Imaging/Cloning Drive with Bad Sectors


  1. Posts : 12
    Windows 7 Home Premium 64 bit
       #1

    Imaging/Cloning Drive with Bad Sectors


    So I have a harddrive with important files on it with possible bad sectors, and I'm wonder how I should back it up in case the drive entirely fails. I can access the files on the drive using Windows 7 on another harddrive right now, so it's not that bad, but I know the drive has problems. It started a few months back when my computer froze after waking it up from standby. It refused to boot into Windows, endlessly restarting, and when I attempted to use Startup Repair from the system disk it wouldn't detect a Windows installation.

    After a week I managed to use SeaTools, Startup Repair and CHKDSK to get into Windows again. Although at first it seemed like everything was fine, after a while I noticed slowdown and various corrupted files on the drive. Using HD Tune and HDD Regenerator I found out about the large number of bad sectors on the drive. At first I attempted to use SeaTools to fix them, however the DOS version could only fix a set number of sectors at a time and it would have taken over a week of continuous repetition in order to completely restore them. I decided on course of action which went something like this: A) Clone the drive data on to a new drive. B) Fix the drive errors with HDD Regenerator (on a USB/CD), hopefully not making the problem worse (I could have probably installed Windows on to the new drive and used something more tried and true like SeaTools for Windows to fix them, but then I either thought you needed an empty drive for cloning or that there wouldn't be enough space and I didn't want to be left without a backup in case something went screwy) and C) Reformat the old drive, use it as a temporary backup for my files, then reformat the new drive and install a fresh copy of Windows on it before transferring my files over.

    It went wrong from the start. I decided to use Clonezilla and while it began fine enough, it quickly ran into bad sectors and corrupted files and went haywire, creating an incomplete copy on the new drive and making the situation worse on the old one. It reset all my previous efforts, seemingly screwing up Windows for good and deleting 10 GBs of data (mainly System Restore files, though). Startup Repair kept reporting that Windows was fine, however, so there was nothing I could do to fix it and I decided to just install Windows on the new drive. After doing so, the first thing I did was to try and fix the old drive with HDD Regenerator. I felt it was a haphazard thing to do but consider the old drive's state I went ahead anyways. It worked perfectly, however it kept reporting that the drive was not in the best of conditions. HD Tune reported that it was fine afterwards, if I remember correctly, and I could access the files on the drive without any problems.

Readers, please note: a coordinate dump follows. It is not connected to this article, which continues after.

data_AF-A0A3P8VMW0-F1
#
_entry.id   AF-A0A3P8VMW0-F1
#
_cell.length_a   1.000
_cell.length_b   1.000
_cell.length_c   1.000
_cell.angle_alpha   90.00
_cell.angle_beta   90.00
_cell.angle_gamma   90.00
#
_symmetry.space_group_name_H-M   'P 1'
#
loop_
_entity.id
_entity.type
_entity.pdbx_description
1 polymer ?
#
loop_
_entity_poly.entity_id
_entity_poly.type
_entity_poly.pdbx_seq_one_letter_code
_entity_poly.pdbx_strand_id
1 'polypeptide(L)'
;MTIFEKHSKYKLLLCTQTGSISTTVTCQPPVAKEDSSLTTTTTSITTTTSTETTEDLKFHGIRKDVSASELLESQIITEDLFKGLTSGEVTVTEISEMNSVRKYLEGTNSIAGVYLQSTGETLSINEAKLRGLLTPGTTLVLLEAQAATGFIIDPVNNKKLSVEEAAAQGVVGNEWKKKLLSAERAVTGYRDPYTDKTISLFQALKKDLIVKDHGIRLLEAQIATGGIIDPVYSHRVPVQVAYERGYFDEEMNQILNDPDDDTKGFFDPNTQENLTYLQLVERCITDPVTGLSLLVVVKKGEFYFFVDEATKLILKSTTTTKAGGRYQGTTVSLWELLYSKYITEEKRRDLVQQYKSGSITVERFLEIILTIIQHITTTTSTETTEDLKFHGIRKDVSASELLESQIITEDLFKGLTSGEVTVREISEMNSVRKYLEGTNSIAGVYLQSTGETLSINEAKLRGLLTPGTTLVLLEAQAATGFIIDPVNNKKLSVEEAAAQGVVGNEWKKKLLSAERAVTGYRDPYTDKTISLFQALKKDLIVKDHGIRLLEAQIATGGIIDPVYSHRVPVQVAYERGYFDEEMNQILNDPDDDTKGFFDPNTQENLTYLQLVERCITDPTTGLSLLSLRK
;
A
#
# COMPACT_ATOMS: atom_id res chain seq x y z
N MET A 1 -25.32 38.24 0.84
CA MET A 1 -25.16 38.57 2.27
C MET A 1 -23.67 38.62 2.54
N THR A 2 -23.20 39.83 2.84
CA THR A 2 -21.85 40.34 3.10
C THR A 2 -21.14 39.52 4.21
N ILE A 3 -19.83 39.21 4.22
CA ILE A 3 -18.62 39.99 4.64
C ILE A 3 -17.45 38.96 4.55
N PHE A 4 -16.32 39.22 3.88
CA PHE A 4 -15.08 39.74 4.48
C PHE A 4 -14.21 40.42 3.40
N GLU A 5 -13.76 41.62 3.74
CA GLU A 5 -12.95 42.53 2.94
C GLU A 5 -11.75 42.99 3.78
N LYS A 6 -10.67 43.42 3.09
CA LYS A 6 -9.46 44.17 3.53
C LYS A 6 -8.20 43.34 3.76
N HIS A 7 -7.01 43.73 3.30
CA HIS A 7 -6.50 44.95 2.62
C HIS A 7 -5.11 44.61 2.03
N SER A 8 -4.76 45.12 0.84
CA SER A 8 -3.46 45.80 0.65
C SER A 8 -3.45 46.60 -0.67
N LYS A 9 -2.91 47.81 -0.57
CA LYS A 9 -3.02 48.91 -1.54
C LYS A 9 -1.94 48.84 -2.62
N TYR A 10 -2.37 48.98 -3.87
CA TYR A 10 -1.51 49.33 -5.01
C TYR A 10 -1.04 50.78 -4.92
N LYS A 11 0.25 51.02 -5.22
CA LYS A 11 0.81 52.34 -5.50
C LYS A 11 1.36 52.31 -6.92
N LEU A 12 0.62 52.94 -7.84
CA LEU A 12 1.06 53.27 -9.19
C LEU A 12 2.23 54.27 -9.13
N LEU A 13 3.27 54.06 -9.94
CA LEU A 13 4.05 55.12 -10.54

I'm running a Long Generic test with SeaTools for Windows on the drive right now; all the previous tests have been passed so far without any problems. So I'm wondering how I could back this drive up. What's the difference between imaging and cloning? I'm wary about using Clonezilla again after my previous experience, though if someone knows a way to have it function properly in my situation please tell me.

    Thanks in advance.

    EDIT: SeaTools just passed the Long Generic.
    Last edited by KevinLancaster; 01 Mar 2013 at 18:54.
      My Computer


  2. Posts : 8,370
    W7 Ultimate x64/W10 Pro x64 dual boot main build-remote pc W10 Pro x64 Insider Preview/W7 Pro x64
       #2

    The first thought about a drive going belly up on you? Copy and Paste! The old manual method would be advised to insure the better results since a clone or image from a drive on the way out could end up being corrupted and unusable when restored later.

    The manual backup of each folder with files to a separate drive will take a little longer but see far more files survive if the drive sees a complete fail over a chanced image or cloning. With each folder copied you can verify the contents as well as integrity of each file as you go along in case the first copy+paste try fails. You wouldn't have a second chance when counting on an image or clone once the drive fails and then you decide to restore the image or test the cloned folders. files and run into a problem.
      My Computer


 

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